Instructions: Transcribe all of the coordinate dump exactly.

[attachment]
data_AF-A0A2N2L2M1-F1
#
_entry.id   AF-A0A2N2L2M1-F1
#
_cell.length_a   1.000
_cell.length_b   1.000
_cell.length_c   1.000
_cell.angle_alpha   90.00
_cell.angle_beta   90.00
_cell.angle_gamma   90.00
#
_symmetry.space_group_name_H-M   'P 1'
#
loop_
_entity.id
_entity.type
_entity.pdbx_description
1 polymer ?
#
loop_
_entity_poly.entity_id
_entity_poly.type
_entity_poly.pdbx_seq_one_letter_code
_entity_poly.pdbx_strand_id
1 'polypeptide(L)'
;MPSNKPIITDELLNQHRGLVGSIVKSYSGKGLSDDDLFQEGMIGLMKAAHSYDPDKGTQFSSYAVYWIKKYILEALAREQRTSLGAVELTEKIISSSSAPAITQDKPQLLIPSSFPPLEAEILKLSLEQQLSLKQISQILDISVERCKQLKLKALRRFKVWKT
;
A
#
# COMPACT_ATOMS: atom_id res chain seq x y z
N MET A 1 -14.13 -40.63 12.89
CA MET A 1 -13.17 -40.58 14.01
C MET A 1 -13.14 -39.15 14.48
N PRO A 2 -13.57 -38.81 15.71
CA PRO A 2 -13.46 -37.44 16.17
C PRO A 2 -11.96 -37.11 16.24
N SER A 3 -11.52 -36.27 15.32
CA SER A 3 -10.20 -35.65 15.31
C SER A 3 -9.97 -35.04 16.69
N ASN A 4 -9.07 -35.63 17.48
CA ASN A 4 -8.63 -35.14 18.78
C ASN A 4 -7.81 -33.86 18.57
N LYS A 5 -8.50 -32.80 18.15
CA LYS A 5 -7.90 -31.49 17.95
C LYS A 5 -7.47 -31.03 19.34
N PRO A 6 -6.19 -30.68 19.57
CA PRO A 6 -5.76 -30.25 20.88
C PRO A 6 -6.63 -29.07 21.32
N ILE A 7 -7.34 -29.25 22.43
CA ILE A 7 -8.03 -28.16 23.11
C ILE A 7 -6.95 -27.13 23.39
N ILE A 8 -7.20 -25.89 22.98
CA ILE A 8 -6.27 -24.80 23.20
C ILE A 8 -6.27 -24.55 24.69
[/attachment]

data_AF-A0A2N2L2M1-F1
#
_entry.id   AF-A0A2N2L2M1-F1
#
_cell.length_a   1.000
_cell.length_b   1.000
_cell.length_c   1.000
_cell.angle_alpha   90.00
_cell.angle_beta   90.00
_cell.angle_gamma   90.00
#
_symmetry.space_group_name_H-M   'P 1'
#
loop_
_entity.id
_entity.type
_entity.pdbx_description
1 polymer ?
#
loop_
_entity_poly.entity_id
_entity_poly.type
_entity_poly.pdbx_seq_one_letter_code
_entity_poly.pdbx_strand_id
1 'polypeptide(L)'
;MPSNKPIITDELLNQHRGLVGSIVKSYSGKGLSDDDLFQEGMIGLMKAAHSYDPDKGTQFSSYAVYWIKKYILEALAREQRTSLGAVELTEKIISSSSAPAITQDKPQLLIPSSFPPLEAEILKLSLEQQLSLKQISQILDISVERCKQLKLKALRRFKVWKT
;
A
#
# COMPACT_ATOMS: atom_id res chain seq x y z
N MET A 1 -14.13 -40.63 12.89
CA MET A 1 -13.17 -40.58 14.01
C MET A 1 -13.14 -39.15 14.48
N PRO A 2 -13.57 -38.81 15.71
CA PRO A 2 -13.46 -37.44 16.17
C PRO A 2 -11.96 -37.11 16.24
N SER A 3 -11.52 -36.27 15.32
CA SER A 3 -10.20 -35.65 15.31
C SER A 3 -9.97 -35.04 16.69
N ASN A 4 -9.07 -35.63 17.48
CA ASN A 4 -8.63 -35.14 18.78
C ASN A 4 -7.81 -33.86 18.57
N LYS A 5 -8.50 -32.80 18.15
CA LYS A 5 -7.90 -31.49 17.95
C LYS A 5 -7.47 -31.03 19.34
N PRO A 6 -6.19 -30.68 19.57
CA PRO A 6 -5.76 -30.25 20.88
C PRO A 6 -6.63 -29.07 21.32
N ILE A 7 -7.34 -29.25 22.43
CA ILE A 7 -8.03 -28.16 23.11
C ILE A 7 -6.95 -27.13 23.39
N ILE A 8 -7.20 -25.89 22.98
CA ILE A 8 -6.27 -24.80 23.20
C ILE A 8 -6.27 -24.55 24.69